For the profits, this may work out well at first. But after awhile people will stop buying them. Negative word of mouth gets around. Maybe they make less money overall than if they just raised the base price at the start. After all, there are a lot of people out there who are perfectly willing to buy the "official" replacement cartridges.

      • by hawk ( 1151 )

        > I can make an adapter for a Gillette razor if I
        > wanted to without breaking any DMCA laws.

        When I was in college, Safeway's generic/house brand used the same head.

        I bought those, and pulled off the heads to snap on to the better handle . . .

        (these were made with nice hard metal, unlike the bic disposables which would cut my face the first time I used them)

        hawk

    • So exercise your rights as a consumer to research beforehand and not buy it.

      Easier said than done. Did you google every CD you ever were thinking of buying to check if it contained a rootkit? Did you check with every printer if you were able to add after market ink?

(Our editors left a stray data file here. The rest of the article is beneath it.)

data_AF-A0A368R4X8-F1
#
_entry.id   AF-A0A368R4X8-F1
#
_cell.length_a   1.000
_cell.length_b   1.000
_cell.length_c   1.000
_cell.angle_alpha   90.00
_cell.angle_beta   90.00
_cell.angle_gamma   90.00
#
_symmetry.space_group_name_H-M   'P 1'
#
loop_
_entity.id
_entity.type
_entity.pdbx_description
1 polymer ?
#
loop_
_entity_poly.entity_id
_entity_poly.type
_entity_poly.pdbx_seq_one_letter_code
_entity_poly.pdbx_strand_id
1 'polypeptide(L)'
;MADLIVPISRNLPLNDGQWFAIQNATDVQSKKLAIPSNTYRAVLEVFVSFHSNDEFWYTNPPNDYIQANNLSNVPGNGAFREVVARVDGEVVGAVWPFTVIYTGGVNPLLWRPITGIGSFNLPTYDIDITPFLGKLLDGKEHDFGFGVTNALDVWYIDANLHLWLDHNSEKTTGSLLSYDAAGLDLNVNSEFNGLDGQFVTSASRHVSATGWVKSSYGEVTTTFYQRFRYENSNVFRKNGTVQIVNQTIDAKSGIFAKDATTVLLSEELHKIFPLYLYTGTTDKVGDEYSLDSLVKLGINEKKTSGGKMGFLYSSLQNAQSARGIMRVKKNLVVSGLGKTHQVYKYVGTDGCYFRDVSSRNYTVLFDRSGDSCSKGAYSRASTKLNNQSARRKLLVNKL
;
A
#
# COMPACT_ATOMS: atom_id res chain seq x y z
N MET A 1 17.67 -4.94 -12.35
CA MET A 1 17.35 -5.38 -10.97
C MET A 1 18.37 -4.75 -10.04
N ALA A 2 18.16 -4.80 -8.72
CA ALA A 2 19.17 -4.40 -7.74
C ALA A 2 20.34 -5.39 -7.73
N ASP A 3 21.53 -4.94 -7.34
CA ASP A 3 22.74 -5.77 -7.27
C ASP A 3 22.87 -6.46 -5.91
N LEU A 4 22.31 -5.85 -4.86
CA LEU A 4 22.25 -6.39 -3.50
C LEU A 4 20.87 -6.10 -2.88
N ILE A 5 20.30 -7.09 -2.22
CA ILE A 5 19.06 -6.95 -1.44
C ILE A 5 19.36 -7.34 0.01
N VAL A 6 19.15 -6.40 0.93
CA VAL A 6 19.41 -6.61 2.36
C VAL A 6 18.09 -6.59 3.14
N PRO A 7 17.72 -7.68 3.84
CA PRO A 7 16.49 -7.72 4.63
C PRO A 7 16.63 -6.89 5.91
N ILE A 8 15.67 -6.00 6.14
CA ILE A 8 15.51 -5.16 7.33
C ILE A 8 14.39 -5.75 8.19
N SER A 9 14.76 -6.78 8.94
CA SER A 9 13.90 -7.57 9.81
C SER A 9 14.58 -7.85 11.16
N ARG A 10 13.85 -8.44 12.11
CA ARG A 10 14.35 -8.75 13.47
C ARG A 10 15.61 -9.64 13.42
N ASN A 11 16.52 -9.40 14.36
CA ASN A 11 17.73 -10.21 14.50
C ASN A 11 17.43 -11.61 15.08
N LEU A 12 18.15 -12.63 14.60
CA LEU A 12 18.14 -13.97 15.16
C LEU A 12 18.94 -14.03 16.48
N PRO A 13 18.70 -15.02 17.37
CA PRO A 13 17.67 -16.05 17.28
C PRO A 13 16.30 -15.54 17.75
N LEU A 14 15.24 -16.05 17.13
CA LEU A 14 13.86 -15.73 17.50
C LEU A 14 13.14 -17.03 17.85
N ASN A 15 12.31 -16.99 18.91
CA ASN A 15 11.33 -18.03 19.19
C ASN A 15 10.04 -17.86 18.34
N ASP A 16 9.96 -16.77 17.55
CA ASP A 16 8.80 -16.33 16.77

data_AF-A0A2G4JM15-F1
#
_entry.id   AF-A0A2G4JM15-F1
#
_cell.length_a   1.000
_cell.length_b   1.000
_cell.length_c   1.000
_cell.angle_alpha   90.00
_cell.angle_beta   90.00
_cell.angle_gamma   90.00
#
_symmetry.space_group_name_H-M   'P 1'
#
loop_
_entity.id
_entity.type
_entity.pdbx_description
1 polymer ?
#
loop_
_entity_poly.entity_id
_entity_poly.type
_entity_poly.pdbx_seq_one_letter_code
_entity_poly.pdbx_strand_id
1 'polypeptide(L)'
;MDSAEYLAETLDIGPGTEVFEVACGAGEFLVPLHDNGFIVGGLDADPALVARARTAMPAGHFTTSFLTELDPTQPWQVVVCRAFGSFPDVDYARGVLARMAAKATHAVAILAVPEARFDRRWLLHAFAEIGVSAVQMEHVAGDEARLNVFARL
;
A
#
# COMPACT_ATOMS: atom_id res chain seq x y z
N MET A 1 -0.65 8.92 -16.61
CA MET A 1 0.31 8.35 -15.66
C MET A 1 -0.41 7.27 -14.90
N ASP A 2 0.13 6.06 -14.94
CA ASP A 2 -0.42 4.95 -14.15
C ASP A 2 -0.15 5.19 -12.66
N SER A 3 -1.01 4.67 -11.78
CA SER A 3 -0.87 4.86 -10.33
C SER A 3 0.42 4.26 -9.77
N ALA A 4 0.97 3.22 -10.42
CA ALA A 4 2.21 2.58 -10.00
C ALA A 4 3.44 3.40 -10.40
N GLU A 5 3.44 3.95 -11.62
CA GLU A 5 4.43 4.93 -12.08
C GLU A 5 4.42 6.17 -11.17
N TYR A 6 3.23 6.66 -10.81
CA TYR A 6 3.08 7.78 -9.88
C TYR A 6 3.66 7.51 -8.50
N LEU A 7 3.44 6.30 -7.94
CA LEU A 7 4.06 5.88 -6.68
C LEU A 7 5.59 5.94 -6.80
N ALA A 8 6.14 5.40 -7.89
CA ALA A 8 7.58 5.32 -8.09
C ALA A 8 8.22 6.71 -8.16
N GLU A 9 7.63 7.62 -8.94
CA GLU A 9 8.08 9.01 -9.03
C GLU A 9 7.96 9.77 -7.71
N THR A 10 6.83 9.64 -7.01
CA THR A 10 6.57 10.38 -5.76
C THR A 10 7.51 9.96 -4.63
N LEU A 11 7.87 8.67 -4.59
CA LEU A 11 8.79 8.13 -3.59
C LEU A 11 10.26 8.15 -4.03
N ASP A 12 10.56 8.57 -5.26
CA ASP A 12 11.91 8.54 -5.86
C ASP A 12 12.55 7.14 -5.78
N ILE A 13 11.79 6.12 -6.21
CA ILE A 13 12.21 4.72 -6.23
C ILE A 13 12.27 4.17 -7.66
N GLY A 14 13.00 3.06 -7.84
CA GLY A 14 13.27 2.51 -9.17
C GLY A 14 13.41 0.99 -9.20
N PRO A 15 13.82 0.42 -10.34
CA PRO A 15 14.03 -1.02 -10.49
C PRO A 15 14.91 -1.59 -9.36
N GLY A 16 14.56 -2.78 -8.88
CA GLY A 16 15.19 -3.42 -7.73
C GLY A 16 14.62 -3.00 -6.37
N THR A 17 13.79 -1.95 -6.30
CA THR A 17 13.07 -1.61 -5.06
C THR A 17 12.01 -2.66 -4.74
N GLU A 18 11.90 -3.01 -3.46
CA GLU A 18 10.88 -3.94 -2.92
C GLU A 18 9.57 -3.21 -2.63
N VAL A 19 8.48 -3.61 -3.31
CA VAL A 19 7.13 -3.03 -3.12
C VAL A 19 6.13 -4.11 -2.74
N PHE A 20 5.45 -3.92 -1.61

The problem with these DRM schemes is that someone has to fall victim to them at least once before that information becomes public because in very few cases are they required to explicitly state the use of DRM up front.

      • No but I also don't use my printer so much that paying the OEM price will break me. If you are printing that kind of volume, you probably should be researching better options than ink-jet.

        • I did. Aftermarket ink and an inkjet were the best price / quality point. Laser has quality problems, and opto/chemical processes are bankrupting for personal use.

      • Did you google every CD you ever were thinking of buying to check if it contained a rootkit?

        No, but 1) I do not buy a lot of CDs, mainly records and 2) I disable Autoplay/Autorun as part of installing Windows.

        Did you check with every printer if you were able to add after market ink?

        That's pretty much my main criterion for choosing a printer. That and how reliable it is. This is the reason why I use a 13 (probably) year old HP PSC 2500CM (that I got broken for almost free and repaired it myself) - the DRM does not work (as long as I do not download drivers from HP and instead use the ones that are part of Windows) and the cartridges are very easy to refill. After modifyi